Introduction to Pipe Flow: Screencast

Presents the mechanical energy equation and introduces the concepts of major and minor head loss.

We suggest that after watching this screencast, you list the important points as a way to increase retention.

Shows how to calculate major losses using the Moody chart.

We suggest that after watching this screencast, you list the important points as a way to increase retention.

Important Equations:

The Reynolds number, \(Re\), is used to determine the flow regime.

\[Re = \frac{\rho UD}{\mu} = \frac{UD}{\nu}\]

where \(U\) = freestream velocity
\(\rho\) = fluid density
\(\mu\) = fluid dynamic viscosity
\(\nu\) = fluid kinematic viscosity
\(D\) = pipe diameter

The governing equation for pipe flow:

\[\frac{P_1}{\gamma} + \alpha _1 \frac{V^2 _1}{2g} + z_1 + h_P = \frac{P_2}{\gamma} + \alpha _2 \frac{V^2 _2}{2g} +z_2 +h_T + h_L\]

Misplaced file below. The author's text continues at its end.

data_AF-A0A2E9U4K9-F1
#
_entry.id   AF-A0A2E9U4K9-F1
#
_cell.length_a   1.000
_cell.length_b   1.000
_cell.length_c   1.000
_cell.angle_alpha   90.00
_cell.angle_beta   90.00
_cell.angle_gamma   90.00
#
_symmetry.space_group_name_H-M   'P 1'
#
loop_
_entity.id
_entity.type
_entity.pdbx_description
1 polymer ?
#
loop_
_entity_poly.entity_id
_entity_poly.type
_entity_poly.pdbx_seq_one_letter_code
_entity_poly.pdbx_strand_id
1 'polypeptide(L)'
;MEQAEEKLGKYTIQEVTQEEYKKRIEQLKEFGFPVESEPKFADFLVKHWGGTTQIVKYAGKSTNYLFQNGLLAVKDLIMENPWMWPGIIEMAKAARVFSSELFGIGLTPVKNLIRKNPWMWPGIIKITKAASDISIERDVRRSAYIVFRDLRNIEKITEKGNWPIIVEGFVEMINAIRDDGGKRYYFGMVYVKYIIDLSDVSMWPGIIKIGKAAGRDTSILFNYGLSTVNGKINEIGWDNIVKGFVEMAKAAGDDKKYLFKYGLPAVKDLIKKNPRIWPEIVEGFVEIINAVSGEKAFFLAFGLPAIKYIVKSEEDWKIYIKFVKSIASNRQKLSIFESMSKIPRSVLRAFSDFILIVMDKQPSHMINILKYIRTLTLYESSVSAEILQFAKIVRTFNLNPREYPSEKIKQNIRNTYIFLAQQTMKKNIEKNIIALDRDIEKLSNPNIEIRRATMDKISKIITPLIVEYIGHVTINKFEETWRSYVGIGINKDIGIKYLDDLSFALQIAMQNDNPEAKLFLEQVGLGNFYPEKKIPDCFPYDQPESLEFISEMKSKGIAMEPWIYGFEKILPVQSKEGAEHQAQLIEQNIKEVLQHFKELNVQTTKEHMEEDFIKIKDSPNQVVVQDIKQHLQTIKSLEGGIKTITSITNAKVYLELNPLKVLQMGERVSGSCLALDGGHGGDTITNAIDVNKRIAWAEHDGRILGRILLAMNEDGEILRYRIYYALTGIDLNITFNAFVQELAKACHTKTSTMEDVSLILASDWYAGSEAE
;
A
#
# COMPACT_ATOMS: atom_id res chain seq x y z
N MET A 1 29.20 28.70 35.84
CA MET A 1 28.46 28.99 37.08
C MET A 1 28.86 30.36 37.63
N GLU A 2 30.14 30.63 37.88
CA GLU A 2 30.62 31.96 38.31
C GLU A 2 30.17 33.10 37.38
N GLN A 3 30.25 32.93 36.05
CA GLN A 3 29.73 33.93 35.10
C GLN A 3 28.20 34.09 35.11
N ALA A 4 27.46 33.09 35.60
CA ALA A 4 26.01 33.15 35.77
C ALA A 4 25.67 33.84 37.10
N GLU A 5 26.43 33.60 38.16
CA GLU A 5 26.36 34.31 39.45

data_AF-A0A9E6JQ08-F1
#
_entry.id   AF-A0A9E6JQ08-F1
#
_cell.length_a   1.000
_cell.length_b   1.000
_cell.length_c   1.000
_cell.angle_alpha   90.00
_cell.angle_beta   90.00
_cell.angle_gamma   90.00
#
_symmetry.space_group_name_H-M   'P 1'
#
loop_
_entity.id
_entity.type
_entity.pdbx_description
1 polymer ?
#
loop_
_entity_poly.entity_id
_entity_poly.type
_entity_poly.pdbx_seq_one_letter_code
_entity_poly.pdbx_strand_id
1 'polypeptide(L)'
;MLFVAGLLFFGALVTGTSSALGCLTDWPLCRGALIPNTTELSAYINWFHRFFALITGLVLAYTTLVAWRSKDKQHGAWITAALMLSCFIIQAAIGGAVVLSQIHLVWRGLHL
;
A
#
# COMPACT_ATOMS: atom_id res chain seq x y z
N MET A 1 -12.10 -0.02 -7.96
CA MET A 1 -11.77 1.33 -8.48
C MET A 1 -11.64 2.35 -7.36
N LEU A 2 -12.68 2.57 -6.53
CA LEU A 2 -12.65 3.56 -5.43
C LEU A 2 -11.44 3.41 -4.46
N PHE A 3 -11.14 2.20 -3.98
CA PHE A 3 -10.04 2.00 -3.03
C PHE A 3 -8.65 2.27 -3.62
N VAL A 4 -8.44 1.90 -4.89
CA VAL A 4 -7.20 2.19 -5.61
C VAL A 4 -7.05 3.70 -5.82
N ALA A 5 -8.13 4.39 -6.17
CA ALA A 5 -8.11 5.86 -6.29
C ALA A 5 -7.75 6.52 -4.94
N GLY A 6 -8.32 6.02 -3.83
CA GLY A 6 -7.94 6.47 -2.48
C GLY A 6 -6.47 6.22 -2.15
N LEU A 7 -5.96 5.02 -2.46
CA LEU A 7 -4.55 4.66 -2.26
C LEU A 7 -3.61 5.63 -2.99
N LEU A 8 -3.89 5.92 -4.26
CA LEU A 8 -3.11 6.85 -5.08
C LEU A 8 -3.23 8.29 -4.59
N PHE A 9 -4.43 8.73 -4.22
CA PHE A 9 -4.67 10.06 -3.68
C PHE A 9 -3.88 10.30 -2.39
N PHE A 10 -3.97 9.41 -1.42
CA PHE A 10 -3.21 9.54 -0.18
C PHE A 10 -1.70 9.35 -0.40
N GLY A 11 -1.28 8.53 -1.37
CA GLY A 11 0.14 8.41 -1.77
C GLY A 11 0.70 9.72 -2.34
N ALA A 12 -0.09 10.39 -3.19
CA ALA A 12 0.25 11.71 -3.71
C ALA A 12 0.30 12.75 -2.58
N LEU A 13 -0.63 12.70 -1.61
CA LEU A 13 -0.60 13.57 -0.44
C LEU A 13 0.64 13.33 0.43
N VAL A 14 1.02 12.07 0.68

\[h_L = f\frac{L}{D} \frac{V^2}{2g}\]

where \(\gamma\) = specific weight of the fluid
\(P\) = pressure at each point in the pipe
\(V\) = velocity at each point in the pipe
\(g\) = gravitational constant
\(z\) = height at each point in the pipe, referenced to the same point at \(z = 0\)
\(\alpha\) = kinematic energy parameter
\(h_L\) = head loss
\(f\) = frictional factor, which can be determined using the Moody chart
\(L\) = length of the pipe

Although \(h_P\) is the energy of the pump, and \(h_T\) is the energy of the turbine, they are usually not included in the basic energy equation, but they must be used when pumps and/or turbines are part of the system.